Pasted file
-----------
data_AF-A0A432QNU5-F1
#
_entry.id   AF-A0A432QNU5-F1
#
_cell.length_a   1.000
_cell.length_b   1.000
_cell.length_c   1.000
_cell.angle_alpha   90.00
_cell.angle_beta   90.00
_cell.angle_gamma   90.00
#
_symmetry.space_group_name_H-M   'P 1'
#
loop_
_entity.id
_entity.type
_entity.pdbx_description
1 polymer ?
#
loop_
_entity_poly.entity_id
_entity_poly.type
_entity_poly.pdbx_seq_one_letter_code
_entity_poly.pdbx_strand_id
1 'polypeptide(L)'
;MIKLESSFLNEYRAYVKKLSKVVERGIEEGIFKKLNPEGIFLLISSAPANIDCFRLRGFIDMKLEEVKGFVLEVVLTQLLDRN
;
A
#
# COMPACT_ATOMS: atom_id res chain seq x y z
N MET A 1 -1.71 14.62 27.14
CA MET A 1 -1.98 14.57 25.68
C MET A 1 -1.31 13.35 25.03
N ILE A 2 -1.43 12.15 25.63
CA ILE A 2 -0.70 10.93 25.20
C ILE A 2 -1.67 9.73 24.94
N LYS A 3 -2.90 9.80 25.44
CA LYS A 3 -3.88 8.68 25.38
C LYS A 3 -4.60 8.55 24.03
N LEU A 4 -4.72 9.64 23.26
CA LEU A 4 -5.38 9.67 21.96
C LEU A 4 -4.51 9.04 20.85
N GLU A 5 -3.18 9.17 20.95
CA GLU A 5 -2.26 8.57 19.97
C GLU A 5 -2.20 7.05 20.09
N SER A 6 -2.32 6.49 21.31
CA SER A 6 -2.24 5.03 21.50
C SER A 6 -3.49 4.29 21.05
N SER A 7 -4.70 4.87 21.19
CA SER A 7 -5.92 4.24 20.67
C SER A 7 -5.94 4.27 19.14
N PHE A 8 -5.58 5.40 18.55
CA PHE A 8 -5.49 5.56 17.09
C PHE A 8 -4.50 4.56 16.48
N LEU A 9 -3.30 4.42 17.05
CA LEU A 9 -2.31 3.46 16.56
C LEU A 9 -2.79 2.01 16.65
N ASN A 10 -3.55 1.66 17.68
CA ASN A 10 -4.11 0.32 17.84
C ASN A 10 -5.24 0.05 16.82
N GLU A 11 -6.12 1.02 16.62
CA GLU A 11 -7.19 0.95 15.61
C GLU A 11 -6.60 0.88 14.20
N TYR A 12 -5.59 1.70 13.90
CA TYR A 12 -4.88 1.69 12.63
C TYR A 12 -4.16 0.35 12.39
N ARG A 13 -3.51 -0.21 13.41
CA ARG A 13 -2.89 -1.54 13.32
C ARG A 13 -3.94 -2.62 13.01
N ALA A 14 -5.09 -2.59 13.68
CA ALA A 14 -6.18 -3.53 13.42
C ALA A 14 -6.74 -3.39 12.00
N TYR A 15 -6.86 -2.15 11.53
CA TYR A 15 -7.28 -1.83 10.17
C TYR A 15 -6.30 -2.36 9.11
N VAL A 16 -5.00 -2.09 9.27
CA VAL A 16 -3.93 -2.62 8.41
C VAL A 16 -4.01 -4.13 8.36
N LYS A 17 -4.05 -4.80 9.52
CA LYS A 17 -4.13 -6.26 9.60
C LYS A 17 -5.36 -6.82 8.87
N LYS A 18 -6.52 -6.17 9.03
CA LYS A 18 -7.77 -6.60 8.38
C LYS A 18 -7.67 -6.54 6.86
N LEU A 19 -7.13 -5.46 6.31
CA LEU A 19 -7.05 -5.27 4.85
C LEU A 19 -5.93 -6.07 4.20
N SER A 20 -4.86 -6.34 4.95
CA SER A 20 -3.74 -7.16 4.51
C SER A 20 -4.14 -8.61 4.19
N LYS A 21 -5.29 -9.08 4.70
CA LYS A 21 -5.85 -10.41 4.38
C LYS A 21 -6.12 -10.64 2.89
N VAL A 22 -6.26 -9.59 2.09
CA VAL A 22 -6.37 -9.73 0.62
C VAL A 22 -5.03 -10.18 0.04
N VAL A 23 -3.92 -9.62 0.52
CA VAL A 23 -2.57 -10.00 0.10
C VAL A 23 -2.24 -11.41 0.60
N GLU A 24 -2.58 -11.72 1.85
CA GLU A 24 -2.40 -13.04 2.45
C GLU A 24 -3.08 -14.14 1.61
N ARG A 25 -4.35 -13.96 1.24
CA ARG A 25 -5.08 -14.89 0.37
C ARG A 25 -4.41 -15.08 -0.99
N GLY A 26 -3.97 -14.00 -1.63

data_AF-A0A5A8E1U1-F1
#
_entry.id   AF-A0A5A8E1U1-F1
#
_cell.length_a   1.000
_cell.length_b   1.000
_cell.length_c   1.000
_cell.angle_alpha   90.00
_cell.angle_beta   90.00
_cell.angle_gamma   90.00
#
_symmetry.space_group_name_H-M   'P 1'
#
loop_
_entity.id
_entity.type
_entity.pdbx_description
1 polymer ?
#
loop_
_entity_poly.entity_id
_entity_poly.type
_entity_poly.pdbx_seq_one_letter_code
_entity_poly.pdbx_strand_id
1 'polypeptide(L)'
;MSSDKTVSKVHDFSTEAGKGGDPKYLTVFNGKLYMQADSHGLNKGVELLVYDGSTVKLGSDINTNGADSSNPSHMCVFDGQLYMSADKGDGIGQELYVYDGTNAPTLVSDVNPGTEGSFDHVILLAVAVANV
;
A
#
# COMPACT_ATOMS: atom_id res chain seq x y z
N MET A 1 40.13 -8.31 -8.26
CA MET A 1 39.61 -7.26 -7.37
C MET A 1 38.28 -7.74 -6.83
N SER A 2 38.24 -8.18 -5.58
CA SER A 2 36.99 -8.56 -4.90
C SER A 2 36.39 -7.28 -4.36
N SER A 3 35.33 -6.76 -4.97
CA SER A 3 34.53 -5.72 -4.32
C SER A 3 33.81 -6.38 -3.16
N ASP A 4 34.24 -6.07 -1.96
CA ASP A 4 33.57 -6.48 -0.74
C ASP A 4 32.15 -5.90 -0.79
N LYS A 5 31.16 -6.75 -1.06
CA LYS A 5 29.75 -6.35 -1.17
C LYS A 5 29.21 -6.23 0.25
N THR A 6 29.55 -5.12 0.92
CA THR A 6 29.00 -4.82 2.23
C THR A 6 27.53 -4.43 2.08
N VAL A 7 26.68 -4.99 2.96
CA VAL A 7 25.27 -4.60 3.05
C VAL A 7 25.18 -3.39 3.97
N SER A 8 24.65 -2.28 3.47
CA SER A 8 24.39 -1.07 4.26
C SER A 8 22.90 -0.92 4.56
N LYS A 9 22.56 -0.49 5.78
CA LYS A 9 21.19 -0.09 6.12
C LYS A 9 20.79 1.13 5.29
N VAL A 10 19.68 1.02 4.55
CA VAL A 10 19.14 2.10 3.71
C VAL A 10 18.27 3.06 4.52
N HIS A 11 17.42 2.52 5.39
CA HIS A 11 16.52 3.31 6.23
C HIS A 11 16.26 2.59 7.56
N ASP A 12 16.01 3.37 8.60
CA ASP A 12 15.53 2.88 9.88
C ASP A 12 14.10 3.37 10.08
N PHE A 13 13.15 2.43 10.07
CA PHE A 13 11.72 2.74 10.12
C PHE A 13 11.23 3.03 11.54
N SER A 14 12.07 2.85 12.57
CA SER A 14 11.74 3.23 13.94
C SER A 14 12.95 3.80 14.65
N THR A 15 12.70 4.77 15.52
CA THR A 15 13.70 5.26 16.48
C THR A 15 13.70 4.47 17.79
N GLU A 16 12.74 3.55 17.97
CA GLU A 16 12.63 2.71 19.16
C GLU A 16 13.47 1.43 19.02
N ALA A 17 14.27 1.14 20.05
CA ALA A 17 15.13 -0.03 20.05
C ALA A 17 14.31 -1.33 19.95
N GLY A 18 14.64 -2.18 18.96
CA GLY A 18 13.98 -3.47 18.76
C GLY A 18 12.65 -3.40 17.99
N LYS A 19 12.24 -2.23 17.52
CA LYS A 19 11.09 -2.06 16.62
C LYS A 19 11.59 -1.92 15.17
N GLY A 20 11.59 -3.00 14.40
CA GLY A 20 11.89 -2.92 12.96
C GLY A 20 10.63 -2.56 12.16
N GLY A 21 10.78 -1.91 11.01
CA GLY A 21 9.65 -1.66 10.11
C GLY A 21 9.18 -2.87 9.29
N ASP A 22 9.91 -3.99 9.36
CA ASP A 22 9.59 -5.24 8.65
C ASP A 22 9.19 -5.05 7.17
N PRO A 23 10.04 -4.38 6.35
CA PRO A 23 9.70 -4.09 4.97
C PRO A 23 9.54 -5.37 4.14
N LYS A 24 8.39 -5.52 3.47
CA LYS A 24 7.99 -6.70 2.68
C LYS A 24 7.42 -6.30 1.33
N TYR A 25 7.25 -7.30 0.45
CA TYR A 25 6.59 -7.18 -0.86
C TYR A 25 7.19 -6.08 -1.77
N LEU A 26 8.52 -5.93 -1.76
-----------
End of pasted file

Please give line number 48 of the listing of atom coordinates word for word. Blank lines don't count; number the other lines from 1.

C SER A 6 -3.49 4.29 21.05